I'm a beginner of c++,can anyone recommend some books?

Discussion in 'C++' started by Solo.Wolve, Sep 8, 2007.

  1. Solo.Wolve

    Solo.Wolve Guest

    I've just finished the K&R c, And begin to study c++ myself,so can
    anyone give me some advice?such as some books to read,and something to

    Thank you very much.
    Solo.Wolve, Sep 8, 2007
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  2. Accelerated C++ by Koenig and Moe is a good introduction to C++ which
    will get you into the C++ way of thinking quickly. The book Thinking in
    C++ by Eckel is available for free on his site.

    Something to notice: C++ is not C, while they got a common ancestry they
    are two very different programming languages and the C way of doing
    things is often not a good way of doing things in C++. In other words,
    learning C++ with a C background is not so much about learning new a
    syntax but about learning a new way of thinking.
    =?ISO-8859-1?Q?Erik_Wikstr=F6m?=, Sep 8, 2007
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  3. If your familiar with C, The C++ Programming Language by Bjarne
    Stroustrup is a good reference. My top 5 is as follows:

    1) The C++ Programming Language by Bjarne Stroustrup
    Good reference for the core language and even most of the standard
    library. Lots of helpful tips as well. Slightly disorganized. I don't
    recommend reading it cover-to-cover, just use the index.

    2) The C++ Standard Library : A Tutorial and Reference by Nicolai M.
    Probably the best reference for the standard library. Again, not the
    best to read cover-to-cover.

    3) C++ Templates : The Complete Guide by Jousuttis and Vandevoorde
    The one-stop-shop for everything templates. Especially recommended
    for those who want to gain deeper knowledge of generic programmer
    (also recommended for those who are trying to decipher boost::mpl ><)

    4) Modern C++ Design : Generic Programming and Design Pattern Applied
    Great book. I think of it as a "bag of tricks" except that all the
    tricks are already implemented in boost (and if boost isn't your cup
    of tea, Loki is freely available as well which is based off the code
    in this book). Recommended if you want to step out of novice-land and
    stick your foot in the door leading to the bizarre world of expert-

    Last, but not least...

    5) ISO/IEC 14882:2003 Programming Language C++
    Big. Verbose. The words look like English, but I have no idea what
    language they actually are (read: extremely technical and precise). If
    this can't answer a core-language question, either a) you've given up
    trying to understand the definitions (which for me is quite often the
    case) or b) your compiler has non-standard extensions or does not
    fully comply with the standard.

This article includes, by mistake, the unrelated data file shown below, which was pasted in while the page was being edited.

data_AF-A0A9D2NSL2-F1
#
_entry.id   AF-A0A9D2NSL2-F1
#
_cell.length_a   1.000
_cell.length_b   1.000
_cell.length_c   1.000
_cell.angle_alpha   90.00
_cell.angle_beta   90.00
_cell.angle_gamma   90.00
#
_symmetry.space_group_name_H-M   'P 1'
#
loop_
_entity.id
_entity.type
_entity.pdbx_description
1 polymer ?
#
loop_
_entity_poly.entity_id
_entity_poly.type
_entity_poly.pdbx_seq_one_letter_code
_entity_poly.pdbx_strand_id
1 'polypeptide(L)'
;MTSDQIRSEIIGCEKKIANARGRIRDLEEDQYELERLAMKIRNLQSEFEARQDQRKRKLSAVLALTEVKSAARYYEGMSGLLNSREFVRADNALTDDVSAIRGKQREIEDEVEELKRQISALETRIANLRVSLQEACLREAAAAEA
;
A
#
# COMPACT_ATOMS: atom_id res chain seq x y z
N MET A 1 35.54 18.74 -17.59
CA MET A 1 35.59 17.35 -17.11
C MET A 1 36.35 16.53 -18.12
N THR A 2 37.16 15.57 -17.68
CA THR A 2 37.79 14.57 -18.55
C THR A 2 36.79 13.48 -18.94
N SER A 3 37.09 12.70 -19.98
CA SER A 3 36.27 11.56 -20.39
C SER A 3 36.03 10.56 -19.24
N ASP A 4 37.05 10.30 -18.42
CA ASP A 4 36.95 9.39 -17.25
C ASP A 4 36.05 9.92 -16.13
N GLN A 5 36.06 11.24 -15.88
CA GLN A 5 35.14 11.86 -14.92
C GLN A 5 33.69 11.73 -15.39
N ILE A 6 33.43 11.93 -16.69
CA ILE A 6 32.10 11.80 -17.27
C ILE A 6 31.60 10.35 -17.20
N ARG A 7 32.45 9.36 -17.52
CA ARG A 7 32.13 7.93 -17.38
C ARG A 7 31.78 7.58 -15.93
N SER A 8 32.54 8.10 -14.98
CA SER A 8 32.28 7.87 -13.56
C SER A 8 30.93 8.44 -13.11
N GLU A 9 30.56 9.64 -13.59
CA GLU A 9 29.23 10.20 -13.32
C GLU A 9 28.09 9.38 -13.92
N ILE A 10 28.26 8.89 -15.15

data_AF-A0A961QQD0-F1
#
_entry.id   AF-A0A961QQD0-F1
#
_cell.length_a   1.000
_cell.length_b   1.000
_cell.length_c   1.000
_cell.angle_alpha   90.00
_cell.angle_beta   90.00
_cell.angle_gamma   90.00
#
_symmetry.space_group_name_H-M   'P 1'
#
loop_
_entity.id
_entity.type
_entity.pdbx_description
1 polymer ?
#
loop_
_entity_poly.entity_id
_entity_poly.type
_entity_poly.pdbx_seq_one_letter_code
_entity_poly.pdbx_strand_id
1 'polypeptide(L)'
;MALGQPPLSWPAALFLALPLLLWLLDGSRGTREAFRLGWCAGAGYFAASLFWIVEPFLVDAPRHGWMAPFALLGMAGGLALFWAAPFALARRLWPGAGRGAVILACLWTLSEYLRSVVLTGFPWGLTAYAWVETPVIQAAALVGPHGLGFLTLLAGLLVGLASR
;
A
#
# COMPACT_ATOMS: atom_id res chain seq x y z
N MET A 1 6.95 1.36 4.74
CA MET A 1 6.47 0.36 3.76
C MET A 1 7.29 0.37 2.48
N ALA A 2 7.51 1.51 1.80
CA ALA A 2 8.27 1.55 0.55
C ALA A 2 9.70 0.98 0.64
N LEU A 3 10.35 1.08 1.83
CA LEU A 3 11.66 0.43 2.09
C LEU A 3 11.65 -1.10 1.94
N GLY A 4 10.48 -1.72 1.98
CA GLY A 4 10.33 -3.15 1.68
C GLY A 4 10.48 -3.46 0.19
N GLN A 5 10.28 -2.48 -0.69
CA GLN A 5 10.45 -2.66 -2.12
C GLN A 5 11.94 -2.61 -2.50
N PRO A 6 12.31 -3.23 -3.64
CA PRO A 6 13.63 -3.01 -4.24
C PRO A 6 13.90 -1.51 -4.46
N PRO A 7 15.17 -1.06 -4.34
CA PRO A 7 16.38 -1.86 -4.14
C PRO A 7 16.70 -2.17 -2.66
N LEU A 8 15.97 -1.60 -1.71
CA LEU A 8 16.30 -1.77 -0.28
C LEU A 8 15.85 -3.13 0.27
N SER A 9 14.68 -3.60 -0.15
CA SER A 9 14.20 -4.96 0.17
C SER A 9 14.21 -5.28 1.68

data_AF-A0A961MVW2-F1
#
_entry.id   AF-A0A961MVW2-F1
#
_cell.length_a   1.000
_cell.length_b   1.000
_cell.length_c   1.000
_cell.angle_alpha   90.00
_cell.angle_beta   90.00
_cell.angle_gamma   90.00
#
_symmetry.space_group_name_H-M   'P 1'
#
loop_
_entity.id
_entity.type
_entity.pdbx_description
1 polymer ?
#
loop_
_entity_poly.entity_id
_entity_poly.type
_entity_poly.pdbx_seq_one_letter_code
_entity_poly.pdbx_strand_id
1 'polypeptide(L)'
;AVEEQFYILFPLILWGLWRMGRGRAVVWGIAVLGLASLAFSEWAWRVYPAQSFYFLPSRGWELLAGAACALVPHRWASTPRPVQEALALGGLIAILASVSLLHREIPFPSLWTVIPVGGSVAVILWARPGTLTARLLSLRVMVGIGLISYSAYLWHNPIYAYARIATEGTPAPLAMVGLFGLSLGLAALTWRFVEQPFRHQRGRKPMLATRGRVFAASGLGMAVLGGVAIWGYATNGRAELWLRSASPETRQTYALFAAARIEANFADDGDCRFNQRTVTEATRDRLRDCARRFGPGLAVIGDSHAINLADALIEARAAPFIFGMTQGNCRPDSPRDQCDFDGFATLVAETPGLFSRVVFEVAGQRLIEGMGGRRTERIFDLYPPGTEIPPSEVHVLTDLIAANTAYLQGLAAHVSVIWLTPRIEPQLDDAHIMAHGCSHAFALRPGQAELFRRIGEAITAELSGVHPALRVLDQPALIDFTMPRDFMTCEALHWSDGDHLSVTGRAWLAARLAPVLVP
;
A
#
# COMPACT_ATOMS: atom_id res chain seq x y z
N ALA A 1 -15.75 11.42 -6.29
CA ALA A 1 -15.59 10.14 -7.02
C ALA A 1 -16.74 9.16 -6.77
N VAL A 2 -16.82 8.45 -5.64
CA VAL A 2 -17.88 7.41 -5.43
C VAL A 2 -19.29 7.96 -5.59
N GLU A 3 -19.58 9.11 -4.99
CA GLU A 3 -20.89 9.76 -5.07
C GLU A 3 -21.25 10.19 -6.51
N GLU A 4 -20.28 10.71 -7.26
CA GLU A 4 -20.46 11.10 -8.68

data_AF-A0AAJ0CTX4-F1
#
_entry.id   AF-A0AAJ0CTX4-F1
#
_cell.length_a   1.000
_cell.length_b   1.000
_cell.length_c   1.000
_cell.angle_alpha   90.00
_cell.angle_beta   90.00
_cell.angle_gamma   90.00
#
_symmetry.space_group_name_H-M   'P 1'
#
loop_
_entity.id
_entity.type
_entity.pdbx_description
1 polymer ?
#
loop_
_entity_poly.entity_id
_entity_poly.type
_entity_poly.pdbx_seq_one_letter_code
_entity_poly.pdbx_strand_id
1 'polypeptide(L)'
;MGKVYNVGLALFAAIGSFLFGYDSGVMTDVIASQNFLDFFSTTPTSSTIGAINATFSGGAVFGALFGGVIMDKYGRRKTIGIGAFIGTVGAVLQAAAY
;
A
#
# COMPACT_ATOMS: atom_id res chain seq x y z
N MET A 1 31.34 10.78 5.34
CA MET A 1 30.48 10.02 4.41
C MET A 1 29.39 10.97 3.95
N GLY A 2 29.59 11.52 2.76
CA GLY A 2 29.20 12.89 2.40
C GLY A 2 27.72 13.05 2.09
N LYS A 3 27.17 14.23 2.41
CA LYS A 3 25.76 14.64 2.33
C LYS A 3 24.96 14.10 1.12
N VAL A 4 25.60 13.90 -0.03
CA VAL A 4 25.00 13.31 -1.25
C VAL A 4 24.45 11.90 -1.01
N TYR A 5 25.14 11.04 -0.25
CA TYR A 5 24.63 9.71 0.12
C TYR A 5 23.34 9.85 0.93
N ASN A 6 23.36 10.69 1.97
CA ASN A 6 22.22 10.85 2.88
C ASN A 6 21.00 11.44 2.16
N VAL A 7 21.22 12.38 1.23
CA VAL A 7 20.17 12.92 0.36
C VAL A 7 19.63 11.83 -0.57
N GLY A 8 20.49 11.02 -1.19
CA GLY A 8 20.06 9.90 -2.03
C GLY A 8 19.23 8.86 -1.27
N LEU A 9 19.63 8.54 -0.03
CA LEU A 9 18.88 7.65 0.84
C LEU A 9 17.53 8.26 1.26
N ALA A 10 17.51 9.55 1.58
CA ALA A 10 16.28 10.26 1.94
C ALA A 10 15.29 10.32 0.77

Chris Fairles, Sep 8, 2007
  4. Solo.Wolve

    red floyd Guest

    With the exception of Josuttis(2), I wouldn't recommend *ANY* of those
    as instruction for a self-professed beginner.

    For a beginner, I'd recommend either Accelerated C++ (Koenig and Moo),
    or C++ Primer 4ed (Lippman, Lajoie, and Moo).
    red floyd, Sep 8, 2007
  5. Solo.Wolve

    Etinin Guest

    If you're *really* willing to put some effort in learning C++, I
    recommend The C++ Programming Language by Bjarne Stroustrup (which is,
    again, the creator of the language). It's nothing like The C
    Programming language, it covers almost all subjects of C++ programming
    and might be slightly complicated to understand to the uninitiated.
    Another excellent suggestion is the Think in C++ books which can be
    downloaded for free from www.mindview.net (starting, of course, with
    volume 1).
    Etinin, Sep 9, 2007

  6. I really like Scott Meyer's books "Effective C++" and "More Effective C++" .
    You'll need to understand a bit of C++ to make sense of the books,
    but they are packed with useful tips and ideas. In the same series, Herb
    Sutter's books "Exceptional C++" and "More Exceptional C++" are good too,
    but you probably need to master a bit more C++ to get into them. Punch in
    the code from these books and analyze what going on, that's my advice.
    I also like "C++ Gotchas" by Dewhurst, this also is a bit advanced, but if
    you go through the examples you should "get it".

    The benefit of using these advanced books early is you learn "the right
    way", rather than finding that out many years from now.

    Stroustrups book is excellent, but not very good to learn C++ from. I
    think Stan Lipman's book "C++ Primer" might be a bit better organized for a

    C++ is hard, there's a lot to take in, don't get frustrated. You're lucky in
    that the literature is a lot better than 10-15 years ago, everybody was
    finding their way then.

    Dave Townsend, Sep 9, 2007
  7. Solo.Wolve

    James Kanze Guest

    Sort of agreed. Different people react differently to different
    styles, and many might find Stroustrup very readable as well,
    especially if they are already familiar with the style of his
    mentors (Kernighan and Richie). The Josuttis and Vandevoorde is
    also very readable, but it definitly supposes that you already
    know basic C++; I would recommend NOT trying to write your own
    templates before having read it, however.

    And very soon after the first introductory text, Scott Meyer's
    books are a definite must.
    James Kanze, Sep 9, 2007
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